Overall, Under the Gum Tree looks for work in a variety of “departments,” including writing that has a focus on food, music, and film. Since much of the work is relatively similar in mode, given the goals of the publication, such departments help create an interesting variety of subject matter.
Likewise, this fourth installment of Under the Gum Tree also includes work in a variety of forms, which is exciting to see. “Lushies,” by Chris Wiewiora, incorporates several forms, including a recipe, numbered and dated individual scenes, and footnotes. There is also a “flash feature” from Kate Asche called “Four Elegies,” delicate prose poems with heightened sensory details and strange, compelling images, including moments like, “Puff, puff: the little flame. It takes you higher, makes you smaller until finally he wonders, down there on earth, if you were ever here at all”.
While all of the written work here is strong and compelling (Kirsti Sandy’s “Close Reading” is particularly striking), as a reader, I want even more, more that I suspect is coming, as Under the Gum Tree continues to gain momentum. Perhaps the occasional longer essay (all of the work in this fourth installment somehow feels relatively short), as well as work that more consistently peers deeper into the complexities it addresses, even beyond or through or extending the personal into cultural and social contexts, might further strengthen the publication. I look forward to future issues, which I am sure will continue to build on the extraordinary collection established so far.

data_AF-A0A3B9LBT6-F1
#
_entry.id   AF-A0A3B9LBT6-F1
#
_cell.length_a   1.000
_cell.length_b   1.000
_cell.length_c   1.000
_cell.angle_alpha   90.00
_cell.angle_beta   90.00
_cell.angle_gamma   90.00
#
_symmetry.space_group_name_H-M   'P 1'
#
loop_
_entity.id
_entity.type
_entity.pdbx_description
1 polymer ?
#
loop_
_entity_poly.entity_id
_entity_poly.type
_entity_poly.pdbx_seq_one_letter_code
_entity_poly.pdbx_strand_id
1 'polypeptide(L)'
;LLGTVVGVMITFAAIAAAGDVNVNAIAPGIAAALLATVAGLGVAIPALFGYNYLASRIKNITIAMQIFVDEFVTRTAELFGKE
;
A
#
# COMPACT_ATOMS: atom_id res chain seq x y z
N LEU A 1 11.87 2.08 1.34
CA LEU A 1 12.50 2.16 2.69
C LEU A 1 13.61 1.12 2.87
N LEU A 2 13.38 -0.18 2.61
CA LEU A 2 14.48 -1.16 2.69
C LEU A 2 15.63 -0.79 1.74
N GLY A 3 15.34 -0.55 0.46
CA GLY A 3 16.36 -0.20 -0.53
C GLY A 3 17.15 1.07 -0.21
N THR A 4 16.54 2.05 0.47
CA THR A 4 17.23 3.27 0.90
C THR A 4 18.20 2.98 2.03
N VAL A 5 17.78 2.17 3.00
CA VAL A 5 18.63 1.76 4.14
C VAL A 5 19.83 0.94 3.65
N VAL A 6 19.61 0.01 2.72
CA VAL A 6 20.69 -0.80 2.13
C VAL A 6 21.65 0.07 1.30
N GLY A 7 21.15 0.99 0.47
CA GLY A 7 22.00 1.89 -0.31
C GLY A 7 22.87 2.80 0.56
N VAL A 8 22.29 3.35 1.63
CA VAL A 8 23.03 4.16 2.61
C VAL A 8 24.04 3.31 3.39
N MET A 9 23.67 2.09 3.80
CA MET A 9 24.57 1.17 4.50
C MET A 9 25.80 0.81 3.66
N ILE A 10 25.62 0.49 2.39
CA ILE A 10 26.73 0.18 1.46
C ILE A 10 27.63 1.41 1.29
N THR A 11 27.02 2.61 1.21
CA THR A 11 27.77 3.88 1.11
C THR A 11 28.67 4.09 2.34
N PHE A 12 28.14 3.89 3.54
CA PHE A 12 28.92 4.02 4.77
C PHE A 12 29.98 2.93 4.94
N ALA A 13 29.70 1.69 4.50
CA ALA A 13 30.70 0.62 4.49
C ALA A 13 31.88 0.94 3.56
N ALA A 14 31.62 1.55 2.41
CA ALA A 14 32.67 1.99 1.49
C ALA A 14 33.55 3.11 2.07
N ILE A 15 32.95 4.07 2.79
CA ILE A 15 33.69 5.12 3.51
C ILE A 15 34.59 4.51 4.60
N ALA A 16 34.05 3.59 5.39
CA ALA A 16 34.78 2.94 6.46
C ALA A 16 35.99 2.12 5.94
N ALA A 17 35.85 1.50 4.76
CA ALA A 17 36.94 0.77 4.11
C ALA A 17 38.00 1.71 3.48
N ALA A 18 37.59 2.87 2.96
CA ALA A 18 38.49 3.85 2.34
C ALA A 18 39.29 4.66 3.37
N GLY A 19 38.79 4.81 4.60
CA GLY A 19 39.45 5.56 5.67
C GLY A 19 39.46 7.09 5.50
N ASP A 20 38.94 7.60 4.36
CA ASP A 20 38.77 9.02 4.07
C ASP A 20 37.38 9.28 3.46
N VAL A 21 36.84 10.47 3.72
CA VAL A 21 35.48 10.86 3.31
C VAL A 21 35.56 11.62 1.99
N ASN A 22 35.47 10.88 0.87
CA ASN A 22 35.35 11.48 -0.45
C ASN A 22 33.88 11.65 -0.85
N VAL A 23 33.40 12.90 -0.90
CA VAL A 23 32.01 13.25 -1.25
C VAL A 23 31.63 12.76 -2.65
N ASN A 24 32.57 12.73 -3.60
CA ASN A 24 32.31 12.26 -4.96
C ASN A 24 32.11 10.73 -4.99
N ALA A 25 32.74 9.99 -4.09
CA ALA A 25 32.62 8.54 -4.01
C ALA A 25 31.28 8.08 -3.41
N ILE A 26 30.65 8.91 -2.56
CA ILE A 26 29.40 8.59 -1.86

Where Under the Gum Tree is already a leader is in its publication of visual art. The highlight of the fourth issue is the art, which is varied, surprising, and overwhelmingly excellent. The issue contains stunning pictures of vibrant summer treats, including ice cream cones and popsicles, in various stages of melting, from Monica and James Pierini. Mark Lanning’s photo essay, “Des. 1,458: Scenes from Minnewaukan,” explores the community of Minnewaukan, which has been particularly affected by the raising water level of Devil’s Lake in North Dakota. As Lanning explains, “Residents have been moving structures, one at a time, away from the approaching waters, and soon the entire town may need to be relocated”. His photos offer insight the community’s relationship to the waters through residents, remnants, and the quickly changing landscape. The issue also presents stills from Mikko Lautamo’s animation art piece, Hero, which is a generative software piece that explores the relation of the individual to the group, led by a leader or a hero of a given type. The constant evolving, revolving and dissolving of collectives gives the piece the impression of many concrete narratives happening simultaneously, but with no discernible beginning or end to the aggregate story of the piece.
All of the visual work, varied and complex as it is, suggests an attention to detail and an acute awareness of the interaction(s) between subject, artist, and viewer.
The editors of Under the Gum Tree have created lovely space for creative nonfiction and visual art, prioritizing connection between artists, readers, writers, between people. It is the kind of publication that makes you feel, and allows the human experience, in all its variety, to coexist in these pages, as well as in the space between these pages and the reader, and in doing so, makes something beautiful.